I’ve updated the About This Blog page. It now has a link at the bottom to send emails to me directly. Feel free to utilize this.

    Thanks for your readership and valuable comments!

    Tom

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  3. I just missed that exact lens on an ebay auction..with an Olympus OM-2n ..that lens with the hood..43 dollars..damn it!!
    I would like to ask your advice as you have used many different cameras.
    I am currently wanting to upgrade from a D700. For the longest time I for sure wanted the D810 . The big draw of course is the 36mp..but also the sans anti alias ..supposedly giving sharper images.. Then I see all the amazing photos done with the Sony A7R also no anti alias… but then I read the a7r is cheaply made..not strurdy like a D810..
    SO.. riddle me these 2 querries
    1..is there really that big of a difference in sharpness without an anti alias filter? I ask this because the A7 non R ..no anti alias is supposedly a better built camera then the A7R.
    and..
    2.. is the Sony cheaply constructed..or how does the a7’s compare to d810 in build quality?

    Thanks in advance
    Steve

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  4. Hi Steve,

    Good to hear from you again. I shot quite a lot with the D700 – in fact it was my gateway into full-frame. To answer your questions regarding the difference between it and the filterless D800/810/A7R: it is significant.

    1) It’s not just the absence of the filter though that makes the difference. Even if the D700 had no OLPF or AA filter over the sensor it still would not be capable of resolving the detail you get from the higher pixel-count cameras. For clarity on where I’m coming from, here is the order of cameras I went through: (We’ll start from the D700 for brevity) D700(12MP) -> Sony NEX-5 (14MP) -> NEX-7(24MP) -> D600(24MP) -> Sony A7(24MP) -> A7R(36MP) -> A7RII(42MP). I list all that to show the upward progression in resolution. The full-frame D600 was better than the APS-C NEX-7 due to the better dynamic range and low-light ability but not in much else. When I bit the bullet and bought the A7R, that is when I saw the biggest difference between anything I had ever used before (the same would have been true had I gotten the D800/810). Not only did I have a bigger file for more crop flexibility but there was just more ‘image’ to the image. Something that always bugged me about previous cameras was the lack of fine detail in distant objects. As a former print maker, I paid a lot of attention to that sort of thing because when you’re final output is 4ft x 6ft, you’ll notice that vagueness right away. With the A7R/RII’s files, every distant leaf and needle seemed to be rendered as such, rather than the colorful micro-smears I had seen in every camera prior. Does that make an image better? No. A good image is a good image but I find that the fine details do make a good image something you want to look at longer simply because there is more to see. I recently made a 10 foot wide print of a city scene I shot in Norway (shot with A7RII). The longer you look at it, the more you see, and see clearly. Whenever someone would look at that print, I would ask them at what time I made the image and tell them the answer is in the image. After a few minutes of playing Where’s Waldo, they’d find this clock on the front of an old church that was situated over 1/2 a mile away from where I stood to make the shot. In the print, the clock face was no bigger than a pea but you could easily make out the hour and minute hands; a testament to that sensor and the lens I was using. The smaller/more distant an object, the more pixels you need in order to render it with any sort of detail.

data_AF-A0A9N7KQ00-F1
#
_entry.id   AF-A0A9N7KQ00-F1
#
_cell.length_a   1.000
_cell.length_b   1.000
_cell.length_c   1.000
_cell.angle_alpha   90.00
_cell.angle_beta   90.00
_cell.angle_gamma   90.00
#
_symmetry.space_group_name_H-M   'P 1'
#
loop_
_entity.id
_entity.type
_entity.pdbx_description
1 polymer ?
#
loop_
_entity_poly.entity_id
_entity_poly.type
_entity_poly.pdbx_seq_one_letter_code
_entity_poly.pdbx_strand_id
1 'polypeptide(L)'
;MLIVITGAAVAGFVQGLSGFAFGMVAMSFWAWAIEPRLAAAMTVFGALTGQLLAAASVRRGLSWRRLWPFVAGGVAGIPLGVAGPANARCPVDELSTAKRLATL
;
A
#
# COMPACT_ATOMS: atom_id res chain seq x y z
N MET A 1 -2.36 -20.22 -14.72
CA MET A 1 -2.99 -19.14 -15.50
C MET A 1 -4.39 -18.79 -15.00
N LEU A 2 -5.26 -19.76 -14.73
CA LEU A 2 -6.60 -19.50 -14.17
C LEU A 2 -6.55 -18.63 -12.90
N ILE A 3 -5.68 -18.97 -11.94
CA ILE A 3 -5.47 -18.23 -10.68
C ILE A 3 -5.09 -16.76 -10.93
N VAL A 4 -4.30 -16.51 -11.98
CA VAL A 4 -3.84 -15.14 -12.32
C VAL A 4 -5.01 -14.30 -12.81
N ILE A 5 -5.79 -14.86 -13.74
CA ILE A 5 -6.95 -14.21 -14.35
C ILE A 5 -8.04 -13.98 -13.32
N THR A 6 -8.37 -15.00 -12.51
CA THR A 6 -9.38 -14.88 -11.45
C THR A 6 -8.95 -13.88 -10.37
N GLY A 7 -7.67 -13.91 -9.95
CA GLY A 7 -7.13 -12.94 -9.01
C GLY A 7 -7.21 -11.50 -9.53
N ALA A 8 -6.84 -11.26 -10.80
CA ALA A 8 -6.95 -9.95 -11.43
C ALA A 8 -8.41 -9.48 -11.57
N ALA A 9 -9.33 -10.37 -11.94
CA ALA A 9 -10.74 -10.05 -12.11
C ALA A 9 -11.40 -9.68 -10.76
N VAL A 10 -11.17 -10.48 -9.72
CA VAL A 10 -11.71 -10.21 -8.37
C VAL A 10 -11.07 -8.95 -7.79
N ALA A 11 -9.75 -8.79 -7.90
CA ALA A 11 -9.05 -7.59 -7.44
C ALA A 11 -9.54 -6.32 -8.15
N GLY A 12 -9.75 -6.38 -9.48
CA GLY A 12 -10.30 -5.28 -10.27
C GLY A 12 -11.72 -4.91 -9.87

2) The A7 series is not at all cheaply made. The all-metal body feels very dense and robust in the hand. I think some people confuse ruggedness for quality. The A7R is not a combat camera, but I would not call it delicate either. I’ve shot in SE Asia rain storms, Arctic Circle snow, and Middle East/Africa deserts with them and never had any issues. Grant it, I did well to protect it from wanton exposure but no more so than I did with any of my Nikon bodies. Between all my Nikon and Sony bodies, I’ve never broken a single one. I will say that the Sony MKII cameras feel like they’ve been built to be even more robust than the 1st Gens. All said, the D810 is built to be seriously abused and I believe that under the worst of conditions it would outlast the Sonys.

    Choosing between a D800/810 and an A7-series, it really comes down to these few factors:

    Do you plan on shooting with old lenses? If yes, Sony. Short FFD allows you to adapt nearly any other mount to it, and manual focusing with EVF and Focus Peaking is a dream come true.
    Does size matter? Sony for travel-ease, Nikon for big hands.